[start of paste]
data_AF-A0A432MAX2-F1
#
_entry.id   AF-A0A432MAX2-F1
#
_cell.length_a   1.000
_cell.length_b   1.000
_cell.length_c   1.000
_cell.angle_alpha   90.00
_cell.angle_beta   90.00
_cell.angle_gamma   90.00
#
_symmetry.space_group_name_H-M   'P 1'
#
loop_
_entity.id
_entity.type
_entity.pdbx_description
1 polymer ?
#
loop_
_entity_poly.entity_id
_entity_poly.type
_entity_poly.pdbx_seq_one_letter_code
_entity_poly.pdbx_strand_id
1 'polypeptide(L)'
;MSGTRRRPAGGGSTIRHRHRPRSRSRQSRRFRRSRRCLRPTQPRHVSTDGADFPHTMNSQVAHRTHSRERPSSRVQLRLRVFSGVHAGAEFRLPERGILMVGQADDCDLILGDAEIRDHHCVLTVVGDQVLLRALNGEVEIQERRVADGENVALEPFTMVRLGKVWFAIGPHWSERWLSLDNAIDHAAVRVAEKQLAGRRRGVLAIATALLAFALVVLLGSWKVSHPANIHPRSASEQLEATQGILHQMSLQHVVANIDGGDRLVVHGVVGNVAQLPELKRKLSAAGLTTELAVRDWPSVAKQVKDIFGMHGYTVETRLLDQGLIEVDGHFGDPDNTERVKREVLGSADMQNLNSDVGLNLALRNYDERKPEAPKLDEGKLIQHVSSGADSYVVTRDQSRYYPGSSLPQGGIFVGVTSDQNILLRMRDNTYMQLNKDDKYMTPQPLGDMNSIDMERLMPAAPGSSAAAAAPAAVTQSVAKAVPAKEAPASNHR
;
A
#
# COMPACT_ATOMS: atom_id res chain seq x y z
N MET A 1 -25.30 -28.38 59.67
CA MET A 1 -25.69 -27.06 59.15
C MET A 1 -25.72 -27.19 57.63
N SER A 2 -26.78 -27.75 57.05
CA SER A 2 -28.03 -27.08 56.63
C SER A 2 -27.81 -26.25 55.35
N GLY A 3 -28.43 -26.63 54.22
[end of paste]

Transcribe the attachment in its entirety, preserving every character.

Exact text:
data_AF-A0A432MAX2-F1
#
_entry.id   AF-A0A432MAX2-F1
#
_cell.length_a   1.000
_cell.length_b   1.000
_cell.length_c   1.000
_cell.angle_alpha   90.00
_cell.angle_beta   90.00
_cell.angle_gamma   90.00
#
_symmetry.space_group_name_H-M   'P 1'
#
loop_
_entity.id
_entity.type
_entity.pdbx_description
1 polymer ?
#
loop_
_entity_poly.entity_id
_entity_poly.type
_entity_poly.pdbx_seq_one_letter_code
_entity_poly.pdbx_strand_id
1 'polypeptide(L)'
;MSGTRRRPAGGGSTIRHRHRPRSRSRQSRRFRRSRRCLRPTQPRHVSTDGADFPHTMNSQVAHRTHSRERPSSRVQLRLRVFSGVHAGAEFRLPERGILMVGQADDCDLILGDAEIRDHHCVLTVVGDQVLLRALNGEVEIQERRVADGENVALEPFTMVRLGKVWFAIGPHWSERWLSLDNAIDHAAVRVAEKQLAGRRRGVLAIATALLAFALVVLLGSWKVSHPANIHPRSASEQLEATQGILHQMSLQHVVANIDGGDRLVVHGVVGNVAQLPELKRKLSAAGLTTELAVRDWPSVAKQVKDIFGMHGYTVETRLLDQGLIEVDGHFGDPDNTERVKREVLGSADMQNLNSDVGLNLALRNYDERKPEAPKLDEGKLIQHVSSGADSYVVTRDQSRYYPGSSLPQGGIFVGVTSDQNILLRMRDNTYMQLNKDDKYMTPQPLGDMNSIDMERLMPAAPGSSAAAAAPAAVTQSVAKAVPAKEAPASNHR
;
A
#
# COMPACT_ATOMS: atom_id res chain seq x y z
N MET A 1 -25.30 -28.38 59.67
CA MET A 1 -25.69 -27.06 59.15
C MET A 1 -25.72 -27.19 57.63
N SER A 2 -26.78 -27.75 57.05
CA SER A 2 -28.03 -27.08 56.63
C SER A 2 -27.81 -26.25 55.35
N GLY A 3 -28.43 -26.63 54.22